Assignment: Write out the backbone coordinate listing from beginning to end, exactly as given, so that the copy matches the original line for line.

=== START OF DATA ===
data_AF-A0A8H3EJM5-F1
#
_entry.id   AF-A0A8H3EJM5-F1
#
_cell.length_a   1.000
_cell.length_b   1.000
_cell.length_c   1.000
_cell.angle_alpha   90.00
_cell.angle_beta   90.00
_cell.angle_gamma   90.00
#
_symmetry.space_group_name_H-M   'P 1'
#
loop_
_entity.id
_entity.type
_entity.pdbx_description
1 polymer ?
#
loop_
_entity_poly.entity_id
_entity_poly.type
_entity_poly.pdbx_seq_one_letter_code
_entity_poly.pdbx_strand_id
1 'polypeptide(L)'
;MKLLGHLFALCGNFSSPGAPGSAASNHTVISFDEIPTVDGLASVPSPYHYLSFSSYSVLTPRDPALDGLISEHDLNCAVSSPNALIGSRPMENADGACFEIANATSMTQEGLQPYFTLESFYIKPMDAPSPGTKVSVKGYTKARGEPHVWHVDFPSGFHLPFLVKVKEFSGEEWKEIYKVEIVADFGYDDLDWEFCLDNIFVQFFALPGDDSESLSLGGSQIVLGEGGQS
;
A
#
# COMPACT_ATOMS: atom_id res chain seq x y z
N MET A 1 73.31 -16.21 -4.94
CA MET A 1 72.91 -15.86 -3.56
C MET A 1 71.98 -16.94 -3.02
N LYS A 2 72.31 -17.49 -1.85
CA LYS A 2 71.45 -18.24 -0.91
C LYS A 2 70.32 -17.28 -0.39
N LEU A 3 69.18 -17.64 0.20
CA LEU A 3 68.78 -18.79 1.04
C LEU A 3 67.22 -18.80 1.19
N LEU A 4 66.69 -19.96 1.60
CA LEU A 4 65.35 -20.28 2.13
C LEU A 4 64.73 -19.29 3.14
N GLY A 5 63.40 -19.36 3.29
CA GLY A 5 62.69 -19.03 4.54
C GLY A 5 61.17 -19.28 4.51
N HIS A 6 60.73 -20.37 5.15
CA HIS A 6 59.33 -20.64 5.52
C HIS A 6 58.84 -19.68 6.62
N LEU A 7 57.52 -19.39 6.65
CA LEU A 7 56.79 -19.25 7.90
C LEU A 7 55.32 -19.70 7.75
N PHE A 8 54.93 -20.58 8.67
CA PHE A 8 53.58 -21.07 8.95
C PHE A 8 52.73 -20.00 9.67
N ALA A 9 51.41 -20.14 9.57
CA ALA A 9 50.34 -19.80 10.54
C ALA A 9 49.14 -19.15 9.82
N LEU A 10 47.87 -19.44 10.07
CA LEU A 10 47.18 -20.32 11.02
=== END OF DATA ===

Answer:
data_AF-A0A8H3EJM5-F1
#
_entry.id   AF-A0A8H3EJM5-F1
#
_cell.length_a   1.000
_cell.length_b   1.000
_cell.length_c   1.000
_cell.angle_alpha   90.00
_cell.angle_beta   90.00
_cell.angle_gamma   90.00
#
_symmetry.space_group_name_H-M   'P 1'
#
loop_
_entity.id
_entity.type
_entity.pdbx_description
1 polymer ?
#
loop_
_entity_poly.entity_id
_entity_poly.type
_entity_poly.pdbx_seq_one_letter_code
_entity_poly.pdbx_strand_id
1 'polypeptide(L)'
;MKLLGHLFALCGNFSSPGAPGSAASNHTVISFDEIPTVDGLASVPSPYHYLSFSSYSVLTPRDPALDGLISEHDLNCAVSSPNALIGSRPMENADGACFEIANATSMTQEGLQPYFTLESFYIKPMDAPSPGTKVSVKGYTKARGEPHVWHVDFPSGFHLPFLVKVKEFSGEEWKEIYKVEIVADFGYDDLDWEFCLDNIFVQFFALPGDDSESLSLGGSQIVLGEGGQS
;
A
#
# COMPACT_ATOMS: atom_id res chain seq x y z
N MET A 1 73.31 -16.21 -4.94
CA MET A 1 72.91 -15.86 -3.56
C MET A 1 71.98 -16.94 -3.02
N LYS A 2 72.31 -17.49 -1.85
CA LYS A 2 71.45 -18.24 -0.91
C LYS A 2 70.32 -17.28 -0.39
N LEU A 3 69.18 -17.64 0.20
CA LEU A 3 68.78 -18.79 1.04
C LEU A 3 67.22 -18.80 1.19
N LEU A 4 66.69 -19.96 1.60
CA LEU A 4 65.35 -20.28 2.13
C LEU A 4 64.73 -19.29 3.14
N GLY A 5 63.40 -19.36 3.29
CA GLY A 5 62.69 -19.03 4.54
C GLY A 5 61.17 -19.28 4.51
N HIS A 6 60.73 -20.37 5.15
CA HIS A 6 59.33 -20.64 5.52
C HIS A 6 58.84 -19.68 6.62
N LEU A 7 57.52 -19.39 6.65
CA LEU A 7 56.79 -19.25 7.90
C LEU A 7 55.32 -19.70 7.75
N PHE A 8 54.93 -20.58 8.67
CA PHE A 8 53.58 -21.07 8.95
C PHE A 8 52.73 -20.00 9.67
N ALA A 9 51.41 -20.14 9.57
CA ALA A 9 50.34 -19.80 10.54
C ALA A 9 49.14 -19.15 9.82
N LEU A 10 47.87 -19.44 10.07
CA LEU A 10 47.18 -20.32 11.02